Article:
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When I try to update many posts (~50000) using SubSonic after about 25000 updates i get an exception, out of memory. (Windows7, VS10, SQLServer2008R2)

var myTable = new SubSonicRepository<MyObject>(new MyDB());

foreach(post in LargeList)
    var myObject=GetMyObject(int myID)
private MyObject GetMyObject(int myID)
    var myObject = new MyObject();
    var tbl = new SubSonicRepository<MyObject>(new MyDB());
    return tbl.Load(myObject, "ID", id) ? myObject : new MyObject();

Any ideas?

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2 Answers 2

I encountered the same problem with subsonic 3 ActiveRecord. A quick investigation of the generad code showed that every subsonic ActiveRecord object created a new db instance, a new Repository and a new table. The code is basically:

_db=new Northwind.Data.NorthwindDB();
_repo = new SubSonicRepository<Products>(_db);

That happens for every ActiveRecord instance you create.

If you are working with large data sets the LinqTemplates are less memory consuming. For instance I got a problem by loading 100000 records

 // ActiveRecord: slow, eventually ended in a OutOfMemoryException
var query = from p in Products.All()
            select p;
var products = query.ToList();

// LinqTemplates: runs fast with at least no memory footprint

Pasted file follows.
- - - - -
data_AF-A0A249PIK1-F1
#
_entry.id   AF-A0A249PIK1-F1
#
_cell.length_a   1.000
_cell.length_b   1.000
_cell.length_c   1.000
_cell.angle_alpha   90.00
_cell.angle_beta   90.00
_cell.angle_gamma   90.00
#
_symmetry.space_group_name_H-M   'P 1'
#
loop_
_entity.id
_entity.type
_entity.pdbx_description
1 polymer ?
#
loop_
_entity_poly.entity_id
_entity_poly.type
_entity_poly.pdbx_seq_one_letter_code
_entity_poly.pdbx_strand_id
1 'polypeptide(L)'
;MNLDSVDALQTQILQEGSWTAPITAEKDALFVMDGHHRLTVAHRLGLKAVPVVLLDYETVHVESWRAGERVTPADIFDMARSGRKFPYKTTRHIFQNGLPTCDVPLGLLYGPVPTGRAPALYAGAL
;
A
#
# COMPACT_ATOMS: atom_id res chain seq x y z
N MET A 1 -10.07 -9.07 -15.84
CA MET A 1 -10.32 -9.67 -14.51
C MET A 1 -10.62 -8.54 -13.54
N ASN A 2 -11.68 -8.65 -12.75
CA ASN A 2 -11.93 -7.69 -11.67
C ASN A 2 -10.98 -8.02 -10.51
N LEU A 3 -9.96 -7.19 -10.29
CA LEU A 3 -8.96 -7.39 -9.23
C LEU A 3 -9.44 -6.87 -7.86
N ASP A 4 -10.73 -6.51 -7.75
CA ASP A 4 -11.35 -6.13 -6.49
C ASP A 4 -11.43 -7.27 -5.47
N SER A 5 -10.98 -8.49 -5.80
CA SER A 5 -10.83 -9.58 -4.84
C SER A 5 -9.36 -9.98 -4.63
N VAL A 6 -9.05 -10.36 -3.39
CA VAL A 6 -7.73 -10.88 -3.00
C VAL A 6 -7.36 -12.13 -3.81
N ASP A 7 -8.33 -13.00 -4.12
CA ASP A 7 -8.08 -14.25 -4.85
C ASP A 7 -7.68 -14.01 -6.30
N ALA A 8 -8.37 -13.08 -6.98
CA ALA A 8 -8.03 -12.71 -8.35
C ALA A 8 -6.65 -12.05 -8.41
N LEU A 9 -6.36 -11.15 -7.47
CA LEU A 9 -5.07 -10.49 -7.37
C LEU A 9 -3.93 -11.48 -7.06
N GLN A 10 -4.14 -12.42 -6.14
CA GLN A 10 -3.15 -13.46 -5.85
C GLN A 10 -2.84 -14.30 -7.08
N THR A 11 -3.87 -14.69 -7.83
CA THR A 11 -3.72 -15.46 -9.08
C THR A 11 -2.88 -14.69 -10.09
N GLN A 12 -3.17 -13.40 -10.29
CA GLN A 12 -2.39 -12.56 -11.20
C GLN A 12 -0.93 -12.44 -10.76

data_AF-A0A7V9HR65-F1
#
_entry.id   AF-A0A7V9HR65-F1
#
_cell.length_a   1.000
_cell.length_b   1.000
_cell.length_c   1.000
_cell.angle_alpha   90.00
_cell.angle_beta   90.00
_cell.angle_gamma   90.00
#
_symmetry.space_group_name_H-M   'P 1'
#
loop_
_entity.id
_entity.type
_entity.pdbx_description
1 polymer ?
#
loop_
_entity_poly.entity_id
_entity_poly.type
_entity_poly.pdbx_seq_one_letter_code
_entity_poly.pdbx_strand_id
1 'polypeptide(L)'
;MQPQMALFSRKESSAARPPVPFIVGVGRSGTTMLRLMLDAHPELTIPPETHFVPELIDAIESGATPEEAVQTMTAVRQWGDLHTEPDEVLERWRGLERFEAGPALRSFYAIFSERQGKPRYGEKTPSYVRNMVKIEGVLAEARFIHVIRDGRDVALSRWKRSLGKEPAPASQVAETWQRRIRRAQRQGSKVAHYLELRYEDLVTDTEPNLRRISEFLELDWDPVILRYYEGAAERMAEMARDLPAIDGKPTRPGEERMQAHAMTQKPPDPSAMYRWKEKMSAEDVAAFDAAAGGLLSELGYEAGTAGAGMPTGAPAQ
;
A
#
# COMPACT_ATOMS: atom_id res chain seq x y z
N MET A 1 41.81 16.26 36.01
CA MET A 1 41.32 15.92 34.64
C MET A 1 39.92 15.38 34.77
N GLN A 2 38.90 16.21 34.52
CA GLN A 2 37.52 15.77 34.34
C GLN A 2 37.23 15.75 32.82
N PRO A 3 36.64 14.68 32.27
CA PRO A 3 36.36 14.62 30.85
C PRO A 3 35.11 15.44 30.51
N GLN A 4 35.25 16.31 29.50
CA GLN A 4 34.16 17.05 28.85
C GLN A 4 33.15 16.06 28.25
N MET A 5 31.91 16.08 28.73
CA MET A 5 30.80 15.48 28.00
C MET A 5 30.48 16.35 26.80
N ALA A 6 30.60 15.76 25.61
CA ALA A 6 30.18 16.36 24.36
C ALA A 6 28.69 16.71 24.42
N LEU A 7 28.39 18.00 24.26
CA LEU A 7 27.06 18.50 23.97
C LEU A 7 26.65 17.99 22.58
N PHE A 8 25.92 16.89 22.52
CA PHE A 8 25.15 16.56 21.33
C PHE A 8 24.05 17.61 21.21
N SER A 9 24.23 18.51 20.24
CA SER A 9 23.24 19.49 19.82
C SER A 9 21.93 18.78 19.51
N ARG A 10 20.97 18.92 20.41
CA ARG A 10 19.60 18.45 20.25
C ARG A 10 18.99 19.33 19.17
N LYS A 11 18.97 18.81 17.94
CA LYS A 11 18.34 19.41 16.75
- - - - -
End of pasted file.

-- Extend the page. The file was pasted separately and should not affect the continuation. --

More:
// (except for the data itself)
var db = new Northwind.Data.NorthwindDB();
var query = from p in db.Products
            select p;
var products = query.ToList();

You should use the ActiveRecord patten with caution. It is great for pulling a single record from the db, update some values and persist the changes or even for fast updating multiple records (let's say up to 1000 recors) but for lage amount of data it is not the best choice, because of the overhead.

Anyway, pulling a record from the DB just to update a value is a bad choice, for both: ActiveRecord and LinqTemplates (unless you have a good reason for it, e.g. you implemented some business logic into your DAL objects.)

Have you considered just doing an update instead?

    .Set(x => x.property1 == 5)
    .Set(x => x.property2 == "Hello World")
    .Where(x => x.ID == 1)
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You will need to do your updates in batches if you really want to do this within your application code, because your post objects are exceeding the memory allocation limits of the .NET runtime.

Your code should count the total number of records that you need to process, and then select records for processing in batches of say 500, until done. This way, memory can be reclaimed by the garbage collector as your post objects pass out of scope (for each batch) and you progress through the processing of all the records.

Alternatively, this is probably one of those occasions where it is worth dropping down to raw SQL. If you do these updates often it could be well worth your time to write a procedure to do this inside the database.

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Ok, I didn´t get the batch update to work. Do you have a code example of how this could be done? Thanks for the fast reply by the way! :-) –  Mats Feb 25 '11 at 13:23

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